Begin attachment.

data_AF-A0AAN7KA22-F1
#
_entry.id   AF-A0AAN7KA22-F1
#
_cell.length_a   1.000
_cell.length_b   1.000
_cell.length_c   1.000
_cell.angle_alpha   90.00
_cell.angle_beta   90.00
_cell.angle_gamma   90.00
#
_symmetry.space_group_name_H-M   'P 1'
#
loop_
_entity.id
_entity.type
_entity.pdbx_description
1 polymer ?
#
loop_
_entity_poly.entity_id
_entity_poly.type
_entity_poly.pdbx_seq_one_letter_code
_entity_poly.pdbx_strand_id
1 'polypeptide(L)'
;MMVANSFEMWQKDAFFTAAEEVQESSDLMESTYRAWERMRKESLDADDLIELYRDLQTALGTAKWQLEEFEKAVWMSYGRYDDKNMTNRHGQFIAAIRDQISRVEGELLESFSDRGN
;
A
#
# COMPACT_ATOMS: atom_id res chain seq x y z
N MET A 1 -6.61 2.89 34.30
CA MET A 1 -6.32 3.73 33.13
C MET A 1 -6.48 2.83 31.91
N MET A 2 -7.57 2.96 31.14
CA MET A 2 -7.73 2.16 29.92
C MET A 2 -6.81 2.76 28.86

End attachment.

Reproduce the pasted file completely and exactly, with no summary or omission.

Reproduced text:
data_AF-A0AAN7KA22-F1
#
_entry.id   AF-A0AAN7KA22-F1
#
_cell.length_a   1.000
_cell.length_b   1.000
_cell.length_c   1.000
_cell.angle_alpha   90.00
_cell.angle_beta   90.00
_cell.angle_gamma   90.00
#
_symmetry.space_group_name_H-M   'P 1'
#
loop_
_entity.id
_entity.type
_entity.pdbx_description
1 polymer ?
#
loop_
_entity_poly.entity_id
_entity_poly.type
_entity_poly.pdbx_seq_one_letter_code
_entity_poly.pdbx_strand_id
1 'polypeptide(L)'
;MMVANSFEMWQKDAFFTAAEEVQESSDLMESTYRAWERMRKESLDADDLIELYRDLQTALGTAKWQLEEFEKAVWMSYGRYDDKNMTNRHGQFIAAIRDQISRVEGELLESFSDRGN
;
A
#
# COMPACT_ATOMS: atom_id res chain seq x y z
N MET A 1 -6.61 2.89 34.30
CA MET A 1 -6.32 3.73 33.13
C MET A 1 -6.48 2.83 31.91
N MET A 2 -7.57 2.96 31.14
CA MET A 2 -7.73 2.16 29.92
C MET A 2 -6.81 2.76 28.86